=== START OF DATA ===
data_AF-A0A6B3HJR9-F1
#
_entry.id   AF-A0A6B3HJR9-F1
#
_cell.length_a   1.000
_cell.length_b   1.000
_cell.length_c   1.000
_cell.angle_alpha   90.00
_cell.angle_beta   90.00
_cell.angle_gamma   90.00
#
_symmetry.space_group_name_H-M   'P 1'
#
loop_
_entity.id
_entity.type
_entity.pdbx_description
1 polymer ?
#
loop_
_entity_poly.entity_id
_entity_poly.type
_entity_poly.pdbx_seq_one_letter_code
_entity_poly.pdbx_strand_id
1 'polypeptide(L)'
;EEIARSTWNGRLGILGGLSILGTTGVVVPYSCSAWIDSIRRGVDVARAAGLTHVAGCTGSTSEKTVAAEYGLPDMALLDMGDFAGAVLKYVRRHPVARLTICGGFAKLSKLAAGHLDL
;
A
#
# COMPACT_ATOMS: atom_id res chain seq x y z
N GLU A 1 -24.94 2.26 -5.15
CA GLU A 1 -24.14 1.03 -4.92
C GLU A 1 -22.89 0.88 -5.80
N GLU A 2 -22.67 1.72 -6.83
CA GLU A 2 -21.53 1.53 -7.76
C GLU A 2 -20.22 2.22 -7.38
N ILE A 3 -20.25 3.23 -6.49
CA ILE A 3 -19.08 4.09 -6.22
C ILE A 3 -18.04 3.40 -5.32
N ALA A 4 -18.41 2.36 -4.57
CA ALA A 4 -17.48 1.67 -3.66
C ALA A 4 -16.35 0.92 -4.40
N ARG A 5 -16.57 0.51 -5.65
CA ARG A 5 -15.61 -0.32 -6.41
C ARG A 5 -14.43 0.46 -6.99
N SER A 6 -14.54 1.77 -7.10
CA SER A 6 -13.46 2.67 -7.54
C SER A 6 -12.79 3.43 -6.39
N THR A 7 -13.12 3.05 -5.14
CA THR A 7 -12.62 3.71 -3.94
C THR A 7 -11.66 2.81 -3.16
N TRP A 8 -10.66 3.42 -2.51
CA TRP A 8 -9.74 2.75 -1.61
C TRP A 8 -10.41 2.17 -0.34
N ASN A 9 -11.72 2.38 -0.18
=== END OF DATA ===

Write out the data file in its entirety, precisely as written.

data_AF-A0A6B3HJR9-F1
#
_entry.id   AF-A0A6B3HJR9-F1
#
_cell.length_a   1.000
_cell.length_b   1.000
_cell.length_c   1.000
_cell.angle_alpha   90.00
_cell.angle_beta   90.00
_cell.angle_gamma   90.00
#
_symmetry.space_group_name_H-M   'P 1'
#
loop_
_entity.id
_entity.type
_entity.pdbx_description
1 polymer ?
#
loop_
_entity_poly.entity_id
_entity_poly.type
_entity_poly.pdbx_seq_one_letter_code
_entity_poly.pdbx_strand_id
1 'polypeptide(L)'
;EEIARSTWNGRLGILGGLSILGTTGVVVPYSCSAWIDSIRRGVDVARAAGLTHVAGCTGSTSEKTVAAEYGLPDMALLDMGDFAGAVLKYVRRHPVARLTICGGFAKLSKLAAGHLDL
;
A
#
# COMPACT_ATOMS: atom_id res chain seq x y z
N GLU A 1 -24.94 2.26 -5.15
CA GLU A 1 -24.14 1.03 -4.92
C GLU A 1 -22.89 0.88 -5.80
N GLU A 2 -22.67 1.72 -6.83
CA GLU A 2 -21.53 1.53 -7.76
C GLU A 2 -20.22 2.22 -7.38
N ILE A 3 -20.25 3.23 -6.49
CA ILE A 3 -19.08 4.09 -6.22
C ILE A 3 -18.04 3.40 -5.32
N ALA A 4 -18.41 2.36 -4.57
CA ALA A 4 -17.48 1.67 -3.66
C ALA A 4 -16.35 0.92 -4.40
N ARG A 5 -16.57 0.51 -5.65
CA ARG A 5 -15.61 -0.32 -6.41
C ARG A 5 -14.43 0.46 -6.99
N SER A 6 -14.54 1.77 -7.10
CA SER A 6 -13.46 2.67 -7.54
C SER A 6 -12.79 3.43 -6.39
N THR A 7 -13.12 3.05 -5.14
CA THR A 7 -12.62 3.71 -3.94
C THR A 7 -11.66 2.81 -3.16
N TRP A 8 -10.66 3.42 -2.51
CA TRP A 8 -9.74 2.75 -1.61
C TRP A 8 -10.41 2.17 -0.34
N ASN A 9 -11.72 2.38 -0.18